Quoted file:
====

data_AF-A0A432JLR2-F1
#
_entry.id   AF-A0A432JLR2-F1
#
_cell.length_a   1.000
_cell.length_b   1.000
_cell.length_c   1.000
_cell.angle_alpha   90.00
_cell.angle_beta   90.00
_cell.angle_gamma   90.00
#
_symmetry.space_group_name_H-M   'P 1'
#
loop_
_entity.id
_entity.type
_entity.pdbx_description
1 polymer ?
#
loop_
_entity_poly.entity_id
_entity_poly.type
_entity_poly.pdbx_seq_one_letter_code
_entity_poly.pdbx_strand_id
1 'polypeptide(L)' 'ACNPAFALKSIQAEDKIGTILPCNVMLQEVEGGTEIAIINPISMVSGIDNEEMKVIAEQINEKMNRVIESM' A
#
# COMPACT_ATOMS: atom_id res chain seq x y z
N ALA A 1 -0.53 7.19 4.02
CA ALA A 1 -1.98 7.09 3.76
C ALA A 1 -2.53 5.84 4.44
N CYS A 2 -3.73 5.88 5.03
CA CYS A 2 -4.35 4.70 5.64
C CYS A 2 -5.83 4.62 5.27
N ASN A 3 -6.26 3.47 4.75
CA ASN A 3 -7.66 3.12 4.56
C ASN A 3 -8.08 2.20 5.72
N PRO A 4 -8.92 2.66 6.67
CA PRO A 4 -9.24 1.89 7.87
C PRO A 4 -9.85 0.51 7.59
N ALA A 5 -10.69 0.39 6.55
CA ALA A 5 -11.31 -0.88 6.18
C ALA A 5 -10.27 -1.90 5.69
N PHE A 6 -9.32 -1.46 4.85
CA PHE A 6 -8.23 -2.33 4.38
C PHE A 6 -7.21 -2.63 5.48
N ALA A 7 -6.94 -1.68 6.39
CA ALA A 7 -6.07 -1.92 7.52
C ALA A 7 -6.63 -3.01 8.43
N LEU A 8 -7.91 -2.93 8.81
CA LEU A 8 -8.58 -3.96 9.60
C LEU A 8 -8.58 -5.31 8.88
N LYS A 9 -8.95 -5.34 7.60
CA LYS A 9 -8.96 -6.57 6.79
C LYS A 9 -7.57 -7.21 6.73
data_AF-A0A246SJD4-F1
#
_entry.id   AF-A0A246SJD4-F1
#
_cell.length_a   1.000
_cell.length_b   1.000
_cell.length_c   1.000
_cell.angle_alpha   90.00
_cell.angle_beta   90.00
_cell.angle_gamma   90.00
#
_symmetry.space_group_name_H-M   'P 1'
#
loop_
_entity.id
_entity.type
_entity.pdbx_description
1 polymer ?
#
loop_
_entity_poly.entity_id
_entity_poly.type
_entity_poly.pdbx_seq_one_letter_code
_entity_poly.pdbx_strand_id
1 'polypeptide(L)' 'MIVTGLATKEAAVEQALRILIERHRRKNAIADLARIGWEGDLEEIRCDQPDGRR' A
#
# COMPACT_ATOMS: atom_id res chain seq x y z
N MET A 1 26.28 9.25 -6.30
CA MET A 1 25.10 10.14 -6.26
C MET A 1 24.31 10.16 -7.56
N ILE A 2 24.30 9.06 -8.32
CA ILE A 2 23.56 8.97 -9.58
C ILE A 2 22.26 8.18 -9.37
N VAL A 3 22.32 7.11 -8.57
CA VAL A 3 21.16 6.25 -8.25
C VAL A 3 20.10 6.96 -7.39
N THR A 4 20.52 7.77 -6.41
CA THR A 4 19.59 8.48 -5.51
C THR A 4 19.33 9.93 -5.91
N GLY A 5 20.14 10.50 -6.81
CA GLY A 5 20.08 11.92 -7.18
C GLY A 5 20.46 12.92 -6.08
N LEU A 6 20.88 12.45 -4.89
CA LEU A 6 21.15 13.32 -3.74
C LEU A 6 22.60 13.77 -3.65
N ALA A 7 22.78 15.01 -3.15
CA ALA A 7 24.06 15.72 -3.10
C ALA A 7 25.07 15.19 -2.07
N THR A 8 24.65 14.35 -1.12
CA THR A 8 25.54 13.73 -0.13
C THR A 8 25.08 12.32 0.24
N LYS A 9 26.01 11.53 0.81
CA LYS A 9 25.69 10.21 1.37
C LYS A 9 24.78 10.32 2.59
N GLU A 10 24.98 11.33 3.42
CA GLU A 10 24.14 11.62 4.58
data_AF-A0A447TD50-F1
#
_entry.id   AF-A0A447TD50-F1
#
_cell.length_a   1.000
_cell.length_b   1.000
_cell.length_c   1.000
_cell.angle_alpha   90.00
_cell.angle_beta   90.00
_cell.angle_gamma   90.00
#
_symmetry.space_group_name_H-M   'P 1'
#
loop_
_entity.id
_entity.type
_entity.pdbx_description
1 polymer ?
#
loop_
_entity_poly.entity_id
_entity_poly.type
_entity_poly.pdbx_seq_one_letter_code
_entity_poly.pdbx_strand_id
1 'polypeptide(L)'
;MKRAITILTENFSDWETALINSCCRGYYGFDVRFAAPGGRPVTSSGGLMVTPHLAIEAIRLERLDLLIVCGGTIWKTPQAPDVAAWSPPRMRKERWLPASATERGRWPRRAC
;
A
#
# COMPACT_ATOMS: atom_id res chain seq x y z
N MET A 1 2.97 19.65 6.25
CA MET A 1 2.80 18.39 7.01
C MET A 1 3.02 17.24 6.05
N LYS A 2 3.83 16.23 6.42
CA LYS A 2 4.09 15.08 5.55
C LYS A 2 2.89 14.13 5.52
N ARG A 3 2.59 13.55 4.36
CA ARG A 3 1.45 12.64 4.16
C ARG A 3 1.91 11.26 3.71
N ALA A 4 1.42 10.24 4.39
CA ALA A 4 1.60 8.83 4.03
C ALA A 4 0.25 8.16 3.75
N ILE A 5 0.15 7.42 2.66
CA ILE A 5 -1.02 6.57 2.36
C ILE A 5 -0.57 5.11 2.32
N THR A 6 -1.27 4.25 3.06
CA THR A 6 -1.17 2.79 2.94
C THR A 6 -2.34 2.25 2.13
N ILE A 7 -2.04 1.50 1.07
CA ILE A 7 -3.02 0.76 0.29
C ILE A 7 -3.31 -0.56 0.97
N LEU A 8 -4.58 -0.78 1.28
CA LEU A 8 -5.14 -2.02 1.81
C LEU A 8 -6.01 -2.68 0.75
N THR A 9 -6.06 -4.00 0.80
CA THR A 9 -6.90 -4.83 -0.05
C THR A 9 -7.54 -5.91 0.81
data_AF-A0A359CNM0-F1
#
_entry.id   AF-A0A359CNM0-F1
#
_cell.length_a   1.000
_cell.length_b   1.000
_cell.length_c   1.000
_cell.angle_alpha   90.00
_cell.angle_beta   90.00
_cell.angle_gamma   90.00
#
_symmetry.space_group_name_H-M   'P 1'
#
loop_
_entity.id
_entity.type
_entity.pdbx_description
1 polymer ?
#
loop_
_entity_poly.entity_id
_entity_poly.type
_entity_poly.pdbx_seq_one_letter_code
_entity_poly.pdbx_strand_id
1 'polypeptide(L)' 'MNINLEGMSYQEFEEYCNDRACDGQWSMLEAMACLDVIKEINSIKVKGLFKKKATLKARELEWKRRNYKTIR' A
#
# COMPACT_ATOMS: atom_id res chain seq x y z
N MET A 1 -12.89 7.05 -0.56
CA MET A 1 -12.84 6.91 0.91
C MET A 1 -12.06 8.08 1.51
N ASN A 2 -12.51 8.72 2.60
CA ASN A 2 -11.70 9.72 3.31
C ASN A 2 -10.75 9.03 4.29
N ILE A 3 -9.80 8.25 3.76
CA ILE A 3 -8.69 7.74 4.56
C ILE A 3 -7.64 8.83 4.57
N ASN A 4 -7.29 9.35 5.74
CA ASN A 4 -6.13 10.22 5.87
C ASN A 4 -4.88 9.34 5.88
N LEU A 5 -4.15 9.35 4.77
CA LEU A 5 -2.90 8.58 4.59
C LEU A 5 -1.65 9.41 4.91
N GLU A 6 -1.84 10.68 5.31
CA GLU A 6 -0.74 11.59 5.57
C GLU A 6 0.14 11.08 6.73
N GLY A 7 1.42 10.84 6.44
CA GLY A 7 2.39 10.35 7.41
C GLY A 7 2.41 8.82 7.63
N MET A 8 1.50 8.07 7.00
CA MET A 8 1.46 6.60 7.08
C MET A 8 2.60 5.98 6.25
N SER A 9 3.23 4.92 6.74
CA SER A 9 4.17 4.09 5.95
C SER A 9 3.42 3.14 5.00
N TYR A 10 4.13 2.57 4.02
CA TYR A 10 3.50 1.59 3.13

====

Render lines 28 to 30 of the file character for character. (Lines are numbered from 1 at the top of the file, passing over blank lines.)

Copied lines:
N ALA A 1 -0.53 7.19 4.02
CA ALA A 1 -1.98 7.09 3.76
C ALA A 1 -2.53 5.84 4.44